What is rent to own homes and how does rent to own work?
The term “rent to own” first surfaced during the 1990’s. The small lenders in a bid to find a new way to earn profit from the cash strapped consumers, came up with the idea of letting them rent a property first, with an option to buy it later.
However, as lending became easier and easier (thanks to falling rates which itself was an outcome of a growing number of lenders), the rent-to-own agreement soon lost its appeal. And by the time the 2000’s came, it was a forgotten concept. That is, until now.
The year 2016 witnessed a renewed interest among prospective buyers regarding rent to own homes. The reason? Not one but two.
First, investors get a chance to make money off the recovering housing market. Second, consumers get to lock in on a home without having to make any big down payments or without having to avail a mortgage.
Win-win for all, right?
Like two sides to every coin, the rent to own has both benefits and drawbacks for all parties concerned. We will look at them but first, we need to understand how it all works.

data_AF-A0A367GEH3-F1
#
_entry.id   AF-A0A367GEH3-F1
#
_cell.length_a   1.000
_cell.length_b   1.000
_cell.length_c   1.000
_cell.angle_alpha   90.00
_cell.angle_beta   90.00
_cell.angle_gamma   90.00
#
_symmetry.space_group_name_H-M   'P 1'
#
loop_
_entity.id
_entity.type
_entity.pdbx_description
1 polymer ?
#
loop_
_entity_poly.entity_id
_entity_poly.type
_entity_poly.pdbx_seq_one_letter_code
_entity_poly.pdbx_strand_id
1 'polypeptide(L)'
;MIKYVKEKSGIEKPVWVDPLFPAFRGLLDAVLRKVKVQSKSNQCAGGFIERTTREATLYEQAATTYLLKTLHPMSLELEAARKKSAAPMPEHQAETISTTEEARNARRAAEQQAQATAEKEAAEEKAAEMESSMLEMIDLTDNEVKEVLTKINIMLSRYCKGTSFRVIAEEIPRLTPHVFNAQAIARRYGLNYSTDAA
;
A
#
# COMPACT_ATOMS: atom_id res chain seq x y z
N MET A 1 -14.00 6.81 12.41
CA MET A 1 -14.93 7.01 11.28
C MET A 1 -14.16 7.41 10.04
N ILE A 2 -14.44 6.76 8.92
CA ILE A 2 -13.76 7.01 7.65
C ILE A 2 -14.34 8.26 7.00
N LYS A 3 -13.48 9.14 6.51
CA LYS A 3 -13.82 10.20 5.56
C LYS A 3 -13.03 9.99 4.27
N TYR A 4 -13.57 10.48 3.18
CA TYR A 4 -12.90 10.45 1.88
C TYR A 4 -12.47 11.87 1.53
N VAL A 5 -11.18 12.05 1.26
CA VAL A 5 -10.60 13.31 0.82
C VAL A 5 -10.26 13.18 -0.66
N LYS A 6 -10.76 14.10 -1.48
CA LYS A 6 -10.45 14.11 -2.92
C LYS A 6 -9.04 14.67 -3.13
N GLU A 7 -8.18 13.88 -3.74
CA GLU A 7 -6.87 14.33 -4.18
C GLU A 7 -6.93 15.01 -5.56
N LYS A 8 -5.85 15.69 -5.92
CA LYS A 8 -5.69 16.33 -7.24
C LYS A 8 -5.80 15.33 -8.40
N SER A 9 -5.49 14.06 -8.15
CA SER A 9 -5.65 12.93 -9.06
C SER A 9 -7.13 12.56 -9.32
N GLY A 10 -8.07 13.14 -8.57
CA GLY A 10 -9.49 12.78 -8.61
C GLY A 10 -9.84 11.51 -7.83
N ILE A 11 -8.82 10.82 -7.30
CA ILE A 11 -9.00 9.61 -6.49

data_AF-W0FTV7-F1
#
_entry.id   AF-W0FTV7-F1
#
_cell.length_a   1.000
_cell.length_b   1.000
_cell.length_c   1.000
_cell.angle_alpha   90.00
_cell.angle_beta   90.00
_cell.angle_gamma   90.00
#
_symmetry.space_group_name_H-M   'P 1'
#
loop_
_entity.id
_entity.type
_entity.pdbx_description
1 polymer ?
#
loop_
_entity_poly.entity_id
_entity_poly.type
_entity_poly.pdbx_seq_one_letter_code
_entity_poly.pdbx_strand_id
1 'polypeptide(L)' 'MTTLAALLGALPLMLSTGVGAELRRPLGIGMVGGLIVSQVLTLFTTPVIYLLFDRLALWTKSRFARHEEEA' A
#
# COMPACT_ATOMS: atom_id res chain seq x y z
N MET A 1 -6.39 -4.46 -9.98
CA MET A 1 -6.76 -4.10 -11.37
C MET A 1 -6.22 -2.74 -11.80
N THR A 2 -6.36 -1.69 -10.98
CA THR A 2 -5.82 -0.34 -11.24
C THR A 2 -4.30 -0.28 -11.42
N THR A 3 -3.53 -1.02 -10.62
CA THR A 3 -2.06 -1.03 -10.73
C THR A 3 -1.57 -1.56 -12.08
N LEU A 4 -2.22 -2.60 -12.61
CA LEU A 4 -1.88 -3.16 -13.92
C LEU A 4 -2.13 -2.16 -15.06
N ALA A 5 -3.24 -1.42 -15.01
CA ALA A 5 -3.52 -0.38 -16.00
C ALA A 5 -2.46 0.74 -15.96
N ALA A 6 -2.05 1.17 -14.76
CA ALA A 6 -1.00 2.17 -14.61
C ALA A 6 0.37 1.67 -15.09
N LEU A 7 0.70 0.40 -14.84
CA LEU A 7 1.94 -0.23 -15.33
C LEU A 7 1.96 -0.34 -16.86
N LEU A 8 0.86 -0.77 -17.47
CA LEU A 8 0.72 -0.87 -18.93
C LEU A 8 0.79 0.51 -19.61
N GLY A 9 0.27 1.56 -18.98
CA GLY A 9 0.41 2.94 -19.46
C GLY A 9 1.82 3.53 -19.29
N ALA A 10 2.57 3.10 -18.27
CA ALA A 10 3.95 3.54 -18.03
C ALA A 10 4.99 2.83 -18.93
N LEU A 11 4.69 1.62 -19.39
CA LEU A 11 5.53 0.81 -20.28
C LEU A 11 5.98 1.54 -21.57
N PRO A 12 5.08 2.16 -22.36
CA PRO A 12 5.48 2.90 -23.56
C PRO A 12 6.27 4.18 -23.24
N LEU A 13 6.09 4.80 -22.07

How Does the Rent to Own Home Process Work?
In a rent to own agreement (also called a lease to own or just lease option), prospective buyers get to move in a home right away after the deal has been made. Of course, there are certain terms and conditions that need to be met for the contract to be validated.
i) Option Fee – It is a fixed amount that the renter (or the prospective buyer) needs to pay to the seller. It is a one-time, usually non-refundable amount which provides the buyer an option to purchase the house in future. Note that paying the option fee does not constitute any obligation on the buyer’s part, but merely grants him the “right” to purchase the property when the contract expires.